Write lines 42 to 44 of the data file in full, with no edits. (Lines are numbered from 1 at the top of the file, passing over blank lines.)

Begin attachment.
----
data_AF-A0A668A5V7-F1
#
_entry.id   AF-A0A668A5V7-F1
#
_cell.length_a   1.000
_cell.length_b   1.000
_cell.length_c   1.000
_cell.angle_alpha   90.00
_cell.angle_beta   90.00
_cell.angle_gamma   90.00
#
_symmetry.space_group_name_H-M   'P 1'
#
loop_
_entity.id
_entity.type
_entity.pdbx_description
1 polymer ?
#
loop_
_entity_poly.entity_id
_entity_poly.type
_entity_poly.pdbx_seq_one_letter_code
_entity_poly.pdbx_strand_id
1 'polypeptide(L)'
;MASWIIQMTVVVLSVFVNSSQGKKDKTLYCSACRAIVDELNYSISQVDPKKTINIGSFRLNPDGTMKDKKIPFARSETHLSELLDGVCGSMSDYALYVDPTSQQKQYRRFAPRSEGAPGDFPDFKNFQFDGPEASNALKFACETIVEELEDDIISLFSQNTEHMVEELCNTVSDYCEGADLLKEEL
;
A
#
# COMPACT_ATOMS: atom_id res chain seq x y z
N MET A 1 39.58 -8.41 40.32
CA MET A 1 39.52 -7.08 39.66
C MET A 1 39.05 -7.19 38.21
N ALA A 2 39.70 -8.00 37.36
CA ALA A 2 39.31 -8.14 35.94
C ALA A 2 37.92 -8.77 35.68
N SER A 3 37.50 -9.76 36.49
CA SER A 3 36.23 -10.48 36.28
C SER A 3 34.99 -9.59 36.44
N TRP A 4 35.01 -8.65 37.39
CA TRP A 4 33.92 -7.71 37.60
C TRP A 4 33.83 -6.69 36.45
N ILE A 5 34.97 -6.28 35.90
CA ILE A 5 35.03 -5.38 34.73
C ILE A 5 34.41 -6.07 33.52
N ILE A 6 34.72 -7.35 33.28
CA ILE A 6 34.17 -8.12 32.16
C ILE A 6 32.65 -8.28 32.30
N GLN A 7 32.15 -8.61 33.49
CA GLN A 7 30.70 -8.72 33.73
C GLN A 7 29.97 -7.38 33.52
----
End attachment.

C TRP A 4 33.83 -6.69 36.45
N ILE A 5 34.97 -6.28 35.90
CA ILE A 5 35.03 -5.38 34.73